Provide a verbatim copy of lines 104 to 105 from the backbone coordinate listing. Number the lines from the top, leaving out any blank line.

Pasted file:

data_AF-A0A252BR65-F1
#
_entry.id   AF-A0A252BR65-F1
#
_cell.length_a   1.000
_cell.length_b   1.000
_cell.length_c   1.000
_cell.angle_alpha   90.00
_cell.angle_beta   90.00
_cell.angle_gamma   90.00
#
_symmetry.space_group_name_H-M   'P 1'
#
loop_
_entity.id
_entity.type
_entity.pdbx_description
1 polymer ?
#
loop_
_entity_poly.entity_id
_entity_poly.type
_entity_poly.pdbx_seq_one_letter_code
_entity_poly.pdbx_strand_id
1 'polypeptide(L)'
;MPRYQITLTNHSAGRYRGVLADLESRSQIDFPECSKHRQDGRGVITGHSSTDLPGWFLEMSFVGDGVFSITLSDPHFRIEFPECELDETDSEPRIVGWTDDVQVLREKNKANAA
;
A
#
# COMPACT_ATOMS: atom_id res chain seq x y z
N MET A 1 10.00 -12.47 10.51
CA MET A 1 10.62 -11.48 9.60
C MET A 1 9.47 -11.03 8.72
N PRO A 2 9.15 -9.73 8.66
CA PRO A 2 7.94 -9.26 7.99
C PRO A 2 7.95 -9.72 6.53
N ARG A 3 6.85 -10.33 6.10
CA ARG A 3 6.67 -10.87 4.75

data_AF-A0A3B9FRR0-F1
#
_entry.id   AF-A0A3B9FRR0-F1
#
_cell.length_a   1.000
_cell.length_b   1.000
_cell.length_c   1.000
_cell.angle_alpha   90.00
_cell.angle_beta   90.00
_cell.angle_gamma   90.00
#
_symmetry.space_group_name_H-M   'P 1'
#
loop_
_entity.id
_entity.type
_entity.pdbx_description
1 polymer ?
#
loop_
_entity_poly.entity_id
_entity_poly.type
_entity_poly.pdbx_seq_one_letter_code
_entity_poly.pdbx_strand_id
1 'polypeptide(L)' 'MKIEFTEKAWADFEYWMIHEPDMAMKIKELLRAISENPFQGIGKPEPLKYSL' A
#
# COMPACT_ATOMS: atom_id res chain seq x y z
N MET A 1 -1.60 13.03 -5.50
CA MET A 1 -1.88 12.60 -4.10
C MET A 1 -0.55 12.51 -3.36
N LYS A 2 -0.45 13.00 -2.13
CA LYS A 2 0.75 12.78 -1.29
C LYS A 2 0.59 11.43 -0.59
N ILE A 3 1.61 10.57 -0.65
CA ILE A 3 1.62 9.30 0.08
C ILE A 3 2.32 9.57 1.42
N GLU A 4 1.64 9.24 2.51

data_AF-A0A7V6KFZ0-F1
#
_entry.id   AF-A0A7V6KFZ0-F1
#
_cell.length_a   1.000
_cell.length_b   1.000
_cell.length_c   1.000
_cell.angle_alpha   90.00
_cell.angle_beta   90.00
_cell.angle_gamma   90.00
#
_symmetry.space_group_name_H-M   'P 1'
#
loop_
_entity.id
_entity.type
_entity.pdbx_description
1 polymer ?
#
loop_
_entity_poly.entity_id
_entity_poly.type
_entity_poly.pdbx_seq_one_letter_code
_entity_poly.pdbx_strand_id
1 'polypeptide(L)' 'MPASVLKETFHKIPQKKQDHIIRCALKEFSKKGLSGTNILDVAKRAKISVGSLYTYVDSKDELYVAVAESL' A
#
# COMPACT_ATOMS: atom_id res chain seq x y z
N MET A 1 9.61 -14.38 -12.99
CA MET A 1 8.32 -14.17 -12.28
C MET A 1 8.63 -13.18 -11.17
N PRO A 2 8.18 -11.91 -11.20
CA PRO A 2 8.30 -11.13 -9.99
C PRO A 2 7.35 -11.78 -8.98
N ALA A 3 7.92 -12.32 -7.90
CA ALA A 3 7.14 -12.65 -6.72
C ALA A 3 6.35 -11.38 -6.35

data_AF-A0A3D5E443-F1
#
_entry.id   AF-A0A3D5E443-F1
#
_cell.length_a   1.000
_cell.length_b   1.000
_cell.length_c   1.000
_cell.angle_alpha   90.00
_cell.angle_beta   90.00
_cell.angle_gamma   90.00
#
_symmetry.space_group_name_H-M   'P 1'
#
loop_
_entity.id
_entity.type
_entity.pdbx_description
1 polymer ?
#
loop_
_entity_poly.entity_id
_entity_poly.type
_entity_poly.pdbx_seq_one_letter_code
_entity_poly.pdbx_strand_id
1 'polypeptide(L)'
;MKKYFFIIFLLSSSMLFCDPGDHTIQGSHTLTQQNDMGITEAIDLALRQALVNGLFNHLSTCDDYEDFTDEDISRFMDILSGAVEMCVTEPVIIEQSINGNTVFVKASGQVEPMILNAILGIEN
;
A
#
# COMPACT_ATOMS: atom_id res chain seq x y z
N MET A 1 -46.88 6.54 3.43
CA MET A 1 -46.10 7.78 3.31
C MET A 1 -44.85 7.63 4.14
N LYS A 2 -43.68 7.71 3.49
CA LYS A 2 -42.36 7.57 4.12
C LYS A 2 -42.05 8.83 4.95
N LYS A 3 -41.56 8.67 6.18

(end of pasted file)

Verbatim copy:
CA MET A 1 8.32 -14.17 -12.28
C MET A 1 8.63 -13.18 -11.17